Siesta resident Greg Anderson generously leads the way through canal waters
By Ned Steele
As a teenager growing up on Siesta Key, Greg Anderson used to swim its inland waters with youthful joy. Once, he even water-skied around the entire island.
The canal water “was so clean and pristine,” he recalls. “Beaming with fish, energy, and life.”
Alas, no more.
So, when Anderson, now retired from owning an asphalt-concrete business, saw an opportunity to participate in the canal’s regeneration, he stepped forward without hesitation.
At a Siesta Key Association meeting he heard Jean Cannon, the cleanup’s leader, describe how scientists would soon be monitoring the results of her mini-reef installation project.
There was just one problem: The scientists, with all their advanced degrees, and Cannon, with all her unwavering optimism and persistence, had not yet found the ideal way to actually get around on the waters to do the testing.
Enter Anderson, a lifelong boat owner: “I told her, I’ve got a brand-new boat. I’ll take you guys out.”
That was a year and a half ago, and Anderson has been doing just that ever since. About once a month he loads up to 10 passengers – researchers, government officials and volunteers – onto his 30-foot boat and captains a scientific cruise of the canal.
For Anderson, it’s a chance to get out on the water while doing some good for his community. But for the scientists and Cannon, it’s serious – and precise – business.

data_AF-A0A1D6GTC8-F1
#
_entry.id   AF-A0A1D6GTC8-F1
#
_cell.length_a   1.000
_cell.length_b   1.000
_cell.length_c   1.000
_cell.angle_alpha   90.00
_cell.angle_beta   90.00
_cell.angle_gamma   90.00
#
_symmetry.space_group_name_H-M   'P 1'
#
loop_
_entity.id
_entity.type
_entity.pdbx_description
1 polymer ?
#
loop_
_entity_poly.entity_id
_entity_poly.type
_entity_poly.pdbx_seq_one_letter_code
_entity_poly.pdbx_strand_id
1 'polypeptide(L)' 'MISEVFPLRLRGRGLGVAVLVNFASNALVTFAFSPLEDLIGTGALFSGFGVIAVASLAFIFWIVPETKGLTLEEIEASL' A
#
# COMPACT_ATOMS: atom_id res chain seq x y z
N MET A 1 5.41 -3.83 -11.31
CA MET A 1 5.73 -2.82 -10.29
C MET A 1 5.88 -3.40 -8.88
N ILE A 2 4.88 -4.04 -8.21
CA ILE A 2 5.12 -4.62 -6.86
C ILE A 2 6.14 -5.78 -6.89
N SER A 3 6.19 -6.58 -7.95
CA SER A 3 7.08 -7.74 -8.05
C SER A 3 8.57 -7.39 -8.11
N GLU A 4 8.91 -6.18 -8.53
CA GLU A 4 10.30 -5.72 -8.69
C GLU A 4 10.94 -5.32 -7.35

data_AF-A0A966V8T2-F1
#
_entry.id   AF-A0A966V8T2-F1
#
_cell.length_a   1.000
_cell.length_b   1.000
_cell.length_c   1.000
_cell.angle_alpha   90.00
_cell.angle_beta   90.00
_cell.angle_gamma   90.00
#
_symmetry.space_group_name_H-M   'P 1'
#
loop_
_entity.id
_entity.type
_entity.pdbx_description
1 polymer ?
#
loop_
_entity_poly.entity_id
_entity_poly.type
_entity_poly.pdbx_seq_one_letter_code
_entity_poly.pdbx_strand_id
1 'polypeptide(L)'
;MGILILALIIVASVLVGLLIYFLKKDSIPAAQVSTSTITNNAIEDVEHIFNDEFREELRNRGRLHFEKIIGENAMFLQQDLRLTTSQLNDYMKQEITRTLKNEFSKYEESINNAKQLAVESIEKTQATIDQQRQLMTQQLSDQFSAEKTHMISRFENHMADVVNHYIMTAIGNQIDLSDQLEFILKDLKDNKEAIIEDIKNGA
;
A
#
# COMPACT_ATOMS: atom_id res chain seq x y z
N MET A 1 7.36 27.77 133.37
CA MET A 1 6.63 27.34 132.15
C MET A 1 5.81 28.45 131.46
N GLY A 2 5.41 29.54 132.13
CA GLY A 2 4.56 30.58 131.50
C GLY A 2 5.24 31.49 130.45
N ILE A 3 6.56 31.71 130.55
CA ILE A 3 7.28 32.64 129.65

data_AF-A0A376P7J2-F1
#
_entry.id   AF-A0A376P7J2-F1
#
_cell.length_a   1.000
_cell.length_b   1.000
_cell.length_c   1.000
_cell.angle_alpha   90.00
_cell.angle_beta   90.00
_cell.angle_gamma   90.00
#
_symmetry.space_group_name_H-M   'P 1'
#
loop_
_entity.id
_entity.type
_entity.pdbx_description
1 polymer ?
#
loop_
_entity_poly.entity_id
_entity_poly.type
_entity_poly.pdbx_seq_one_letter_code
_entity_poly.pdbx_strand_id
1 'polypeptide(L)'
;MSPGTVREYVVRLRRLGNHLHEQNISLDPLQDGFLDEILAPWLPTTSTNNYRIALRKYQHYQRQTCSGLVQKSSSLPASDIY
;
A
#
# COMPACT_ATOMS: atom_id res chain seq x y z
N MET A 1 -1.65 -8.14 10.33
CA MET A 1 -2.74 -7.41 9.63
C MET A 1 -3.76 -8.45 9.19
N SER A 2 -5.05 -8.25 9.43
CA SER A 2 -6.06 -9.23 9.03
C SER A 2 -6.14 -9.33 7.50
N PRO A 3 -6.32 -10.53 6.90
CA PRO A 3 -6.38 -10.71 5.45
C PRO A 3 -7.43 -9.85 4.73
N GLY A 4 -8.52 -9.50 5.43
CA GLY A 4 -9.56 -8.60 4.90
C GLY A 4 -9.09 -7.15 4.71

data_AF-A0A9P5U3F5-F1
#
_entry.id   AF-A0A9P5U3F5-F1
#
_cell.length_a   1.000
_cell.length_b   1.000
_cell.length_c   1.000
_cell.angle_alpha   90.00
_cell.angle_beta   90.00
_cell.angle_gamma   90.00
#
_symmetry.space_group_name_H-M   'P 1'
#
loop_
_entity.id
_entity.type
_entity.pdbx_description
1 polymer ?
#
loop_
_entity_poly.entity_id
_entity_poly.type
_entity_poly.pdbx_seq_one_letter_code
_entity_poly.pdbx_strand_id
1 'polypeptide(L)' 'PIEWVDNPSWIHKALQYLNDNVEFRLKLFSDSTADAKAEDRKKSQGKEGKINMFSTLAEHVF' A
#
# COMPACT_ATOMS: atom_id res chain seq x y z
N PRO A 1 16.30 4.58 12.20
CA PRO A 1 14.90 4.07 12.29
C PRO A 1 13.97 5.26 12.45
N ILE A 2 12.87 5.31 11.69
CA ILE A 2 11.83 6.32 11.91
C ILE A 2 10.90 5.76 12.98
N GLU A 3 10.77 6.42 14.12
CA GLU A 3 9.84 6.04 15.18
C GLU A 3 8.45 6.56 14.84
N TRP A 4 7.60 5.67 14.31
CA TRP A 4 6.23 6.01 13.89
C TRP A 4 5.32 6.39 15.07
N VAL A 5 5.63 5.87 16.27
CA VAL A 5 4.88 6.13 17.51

It turns out that a typical waterborne vessel is not the most stable or secure vehicle for loading and using sensitive, fragile scientific equipment. But Anderson’s boat is a “tri-toon,” a triple-pontooned 30- by 10-foot floating platform that provides the researchers with additional stability and maneuverability, “almost like an oil rig,” he said.
Drawing minimal water, the unnamed vessel (“I never name my boats,” Anderson said) can slip in close to the shoreline and docks where Cannon’s mini-reefs have been installed. The scientists can take and process their samples effectively.
Anderson, who lives on the canal, has three mini-reefs attached to his dock. He has encouraged several of his neighbors and friends to install the devices on theirs.
And while Cannon expects the next year to yield meaningful scientific evidence of the mini-reef project’s success, Anderson is already sold.
“I see dolphins coming in to the canal, manatees coming in and out,” he said. “This is working.”